In another study, Prenatal exposure to fipronil disturbs maternal aggressive behavior in rats, the authors suggest fipronil impacts the central nervous system areas that control aggression and increases in maternal aggressive behavior are via impacts on GABA(A) receptors.
This 2016 paper lists a variety of toxic effects to both animals and humans: Fipronil insecticide toxicology: oxidative stress and metabolism:
because of accidental exposure, incorrect use of fipronil or widespread fipronil use leading to the contamination of water and soil, there is increasing evidence that fipronil could cause a variety of toxic effects on animals and humans, such as neurotoxic, hepatotoxic, nephrotoxic, reproductive, and cytotoxic effects
They explore oxidative stress as a possible mechanism as to how fipronil causes these toxic effects.
Does concrete make fipronil more toxic?
One of the questions I asked myself was this: Are there additional concerns about it being in a flower-bed near the front door where you could possibly walk some into the house?
It turns out that this may be a valid concern. In this 2016 paper, Conversion of pesticides to biologically active products on urban hard surfaces, the researchers report that urban landscapes that include concrete can actually convert pesticides to other biologically active and more toxic intermediates, likely caused by the alkalinity and metal oxides in concrete. They report that fipronil:
was quickly transformed to desulfinyl and sulfone derivatives, with the desulfinyl level exceeding that of parent in the runoff water only 1week after treatment. Fipronil derivatives have aquatic toxicity similar or even greater than the parent fipronil.
Impacts on memory and a possible factor in Alzheimer’s disease
This 2016 animal study, Memory impairment due to fipronil pesticide exposure occurs at the GABAA receptor level, in rats concludes that fipronil can
have toxic interactions with the CNS [central nervous system] of mammals and lead to memory impairment by modulating the GABAergic system.
We also have to ask how big a role this insecticide could be playing in Alzheimer’s disease? In a paper published earlier in 2018, Induction of Amyloid-β42 Production by Fipronil and Other Pyrazole Insecticides, they use the term “Alzheimerogens” when writing about insecticides such as fipronil and the metabolite fipronil sulfone:
Focusing on fipronil, we showed that some of its metabolites, in particular the persistent fipronil sulfone, also favor the production of Aβ42/Aβ43 in both cell-based and cell-free systems.
Fipronil administered orally to mice and rats is known to be metabolized rapidly, mostly to fipronil sulfone, which stably accumulates in adipose tissue and brain.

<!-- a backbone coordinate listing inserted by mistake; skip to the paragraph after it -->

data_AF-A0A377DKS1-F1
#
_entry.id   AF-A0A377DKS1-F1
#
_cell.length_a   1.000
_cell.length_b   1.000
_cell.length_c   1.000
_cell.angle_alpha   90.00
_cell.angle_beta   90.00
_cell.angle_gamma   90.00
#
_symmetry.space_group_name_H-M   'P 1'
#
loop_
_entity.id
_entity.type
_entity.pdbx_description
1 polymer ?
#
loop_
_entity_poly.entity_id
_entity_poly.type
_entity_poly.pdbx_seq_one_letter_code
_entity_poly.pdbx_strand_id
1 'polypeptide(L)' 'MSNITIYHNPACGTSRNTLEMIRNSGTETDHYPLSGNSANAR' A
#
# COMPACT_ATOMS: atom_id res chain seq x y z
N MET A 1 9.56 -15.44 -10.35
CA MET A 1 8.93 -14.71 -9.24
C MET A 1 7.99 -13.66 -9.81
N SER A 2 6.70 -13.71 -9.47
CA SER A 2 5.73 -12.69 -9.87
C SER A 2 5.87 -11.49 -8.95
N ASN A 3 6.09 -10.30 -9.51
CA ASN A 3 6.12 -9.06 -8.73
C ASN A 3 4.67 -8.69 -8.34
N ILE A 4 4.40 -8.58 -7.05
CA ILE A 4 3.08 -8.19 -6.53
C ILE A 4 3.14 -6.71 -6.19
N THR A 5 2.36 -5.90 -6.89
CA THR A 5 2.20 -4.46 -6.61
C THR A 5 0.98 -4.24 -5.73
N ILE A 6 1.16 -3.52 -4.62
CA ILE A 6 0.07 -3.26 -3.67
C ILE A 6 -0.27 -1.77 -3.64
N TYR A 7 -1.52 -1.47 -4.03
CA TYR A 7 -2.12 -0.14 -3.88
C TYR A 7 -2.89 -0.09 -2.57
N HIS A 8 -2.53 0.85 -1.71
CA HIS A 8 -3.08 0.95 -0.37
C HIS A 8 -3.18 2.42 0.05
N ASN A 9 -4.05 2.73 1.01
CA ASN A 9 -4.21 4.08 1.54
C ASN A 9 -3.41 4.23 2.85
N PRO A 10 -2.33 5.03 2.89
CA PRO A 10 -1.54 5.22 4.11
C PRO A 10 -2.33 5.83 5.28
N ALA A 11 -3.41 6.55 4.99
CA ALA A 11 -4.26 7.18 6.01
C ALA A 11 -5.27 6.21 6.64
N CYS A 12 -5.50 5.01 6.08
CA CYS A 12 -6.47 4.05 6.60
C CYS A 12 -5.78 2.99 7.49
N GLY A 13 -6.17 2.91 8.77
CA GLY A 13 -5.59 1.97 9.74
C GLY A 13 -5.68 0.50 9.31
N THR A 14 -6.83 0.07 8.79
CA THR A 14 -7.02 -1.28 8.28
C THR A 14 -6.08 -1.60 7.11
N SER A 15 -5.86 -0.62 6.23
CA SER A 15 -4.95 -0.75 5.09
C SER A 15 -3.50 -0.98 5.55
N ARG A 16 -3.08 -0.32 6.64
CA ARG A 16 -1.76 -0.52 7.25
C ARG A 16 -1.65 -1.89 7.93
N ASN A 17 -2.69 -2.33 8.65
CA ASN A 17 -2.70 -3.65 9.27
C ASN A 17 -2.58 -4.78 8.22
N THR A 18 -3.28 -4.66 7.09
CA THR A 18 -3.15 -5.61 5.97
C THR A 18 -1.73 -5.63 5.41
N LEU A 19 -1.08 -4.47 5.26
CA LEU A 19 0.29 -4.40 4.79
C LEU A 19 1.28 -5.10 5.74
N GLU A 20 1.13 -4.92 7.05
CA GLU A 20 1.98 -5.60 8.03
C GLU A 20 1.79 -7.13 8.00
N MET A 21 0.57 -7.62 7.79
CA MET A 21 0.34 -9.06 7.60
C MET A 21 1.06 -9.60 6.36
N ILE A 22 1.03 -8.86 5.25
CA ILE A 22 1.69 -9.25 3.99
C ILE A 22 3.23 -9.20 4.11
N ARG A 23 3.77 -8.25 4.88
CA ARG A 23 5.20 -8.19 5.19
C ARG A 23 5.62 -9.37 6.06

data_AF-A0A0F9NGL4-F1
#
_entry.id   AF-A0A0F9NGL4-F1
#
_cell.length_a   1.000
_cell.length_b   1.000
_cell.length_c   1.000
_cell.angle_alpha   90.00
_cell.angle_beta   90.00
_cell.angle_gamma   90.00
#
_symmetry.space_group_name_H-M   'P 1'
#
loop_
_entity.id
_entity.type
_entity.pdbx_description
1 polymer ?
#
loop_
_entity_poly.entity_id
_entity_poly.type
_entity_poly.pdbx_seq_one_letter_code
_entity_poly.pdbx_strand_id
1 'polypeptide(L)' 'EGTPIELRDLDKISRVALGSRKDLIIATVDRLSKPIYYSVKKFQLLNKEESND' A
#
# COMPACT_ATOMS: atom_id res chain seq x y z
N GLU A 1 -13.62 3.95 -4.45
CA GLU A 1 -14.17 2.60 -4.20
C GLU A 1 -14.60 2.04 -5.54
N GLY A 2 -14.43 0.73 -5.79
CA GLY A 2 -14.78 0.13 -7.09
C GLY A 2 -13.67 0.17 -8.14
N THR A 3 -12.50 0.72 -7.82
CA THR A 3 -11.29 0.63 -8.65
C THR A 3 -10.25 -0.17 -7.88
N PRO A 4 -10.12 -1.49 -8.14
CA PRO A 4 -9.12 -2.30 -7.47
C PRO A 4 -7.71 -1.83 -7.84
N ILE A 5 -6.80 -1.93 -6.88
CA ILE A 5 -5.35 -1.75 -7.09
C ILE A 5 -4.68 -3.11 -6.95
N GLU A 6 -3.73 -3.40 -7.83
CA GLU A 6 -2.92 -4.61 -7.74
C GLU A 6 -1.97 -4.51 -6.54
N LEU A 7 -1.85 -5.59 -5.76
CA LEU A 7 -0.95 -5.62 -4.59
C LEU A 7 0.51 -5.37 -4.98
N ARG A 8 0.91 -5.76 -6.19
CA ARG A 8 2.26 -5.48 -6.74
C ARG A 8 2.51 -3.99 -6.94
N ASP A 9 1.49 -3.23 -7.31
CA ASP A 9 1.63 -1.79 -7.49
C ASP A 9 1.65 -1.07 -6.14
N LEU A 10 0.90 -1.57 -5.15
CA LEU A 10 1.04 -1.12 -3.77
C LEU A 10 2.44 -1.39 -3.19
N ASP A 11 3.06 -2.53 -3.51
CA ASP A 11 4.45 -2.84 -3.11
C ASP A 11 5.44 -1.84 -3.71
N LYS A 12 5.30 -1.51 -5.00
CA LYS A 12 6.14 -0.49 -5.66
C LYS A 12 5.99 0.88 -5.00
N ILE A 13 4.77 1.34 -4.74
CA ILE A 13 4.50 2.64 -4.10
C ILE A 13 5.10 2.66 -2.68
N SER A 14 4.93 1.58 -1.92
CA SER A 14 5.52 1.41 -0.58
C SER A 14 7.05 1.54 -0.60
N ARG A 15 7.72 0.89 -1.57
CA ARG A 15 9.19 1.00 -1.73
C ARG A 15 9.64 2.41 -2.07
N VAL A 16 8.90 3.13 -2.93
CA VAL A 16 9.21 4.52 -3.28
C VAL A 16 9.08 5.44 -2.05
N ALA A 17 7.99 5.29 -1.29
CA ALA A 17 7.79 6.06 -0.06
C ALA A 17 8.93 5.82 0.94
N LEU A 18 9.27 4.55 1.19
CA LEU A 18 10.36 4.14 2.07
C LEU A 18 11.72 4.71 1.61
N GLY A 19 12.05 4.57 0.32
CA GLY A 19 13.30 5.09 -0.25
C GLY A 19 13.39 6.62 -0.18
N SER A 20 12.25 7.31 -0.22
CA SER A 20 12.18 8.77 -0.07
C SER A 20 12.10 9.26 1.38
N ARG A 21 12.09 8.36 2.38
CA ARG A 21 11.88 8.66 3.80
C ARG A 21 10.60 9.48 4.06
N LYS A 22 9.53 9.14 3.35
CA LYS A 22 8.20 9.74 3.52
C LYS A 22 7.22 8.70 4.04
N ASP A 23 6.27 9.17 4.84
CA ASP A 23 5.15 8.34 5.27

In conclusion several widely used pyrazole insecticides [such as fipronil] enhance the production of toxic, aggregation prone Aβ42/Aβ43 peptides, suggesting the possible existence of environmental “Alzheimerogens” which may contribute to the initiation and propagation of the amyloidogenic process in sporadic AD.
The paper shares that amyloid-β peptides (Aβs), especially increased production of Aβ42/Aβ43 over Aβ40, represent a characteristic feature of Alzheimer’s disease.
Why wait for long-term human studies?
Hopefully you’re like me and don’t buy ant-bait or roach-bait products.
My bigger concern is the wide-spread use of spot-on pet-care products which contain fipronil, exposing our beloved pets to this toxin and all the humans they come into contact with. Pet-groomers are especially cautioned. And I’d also add a caution for children playing with pets where these flea and tick products are used since “the developing brain is particularly vulnerable to the action of insecticides.”
We don’t know for sure how harmful this insecticide is for humans and it’s not clear what the mechanisms are – GABA-glutamate and/or glycine and/or oxidative stress – but why wait for long-term human studies, especially given that chronic and long-term effects are difficult to investigate and based on what we already know about their effects on Parkinson’s disease, amyotrophic lateral sclerosis, and depression.
I have found enough information to be very concerned and to feel justified in continuing to avoid fipronil. I encourage you to avoid fipronil as well.
This is especially the case if you already suffer from long-term anxiety, insomnia or another chronic health condition as it may be one more possible contributory factor.
Given that fipronil blocks GABAA receptor function, I have to wonder if chronic long-term exposure could play a role in difficulties with benzodiazepine tapering.
If this is old news to you feel free to share with family and friends who may not be as informed as you.
If this is news to you, I hoping this gets you thinking and questioning. I’d love to hear your thoughts, concerns and questions.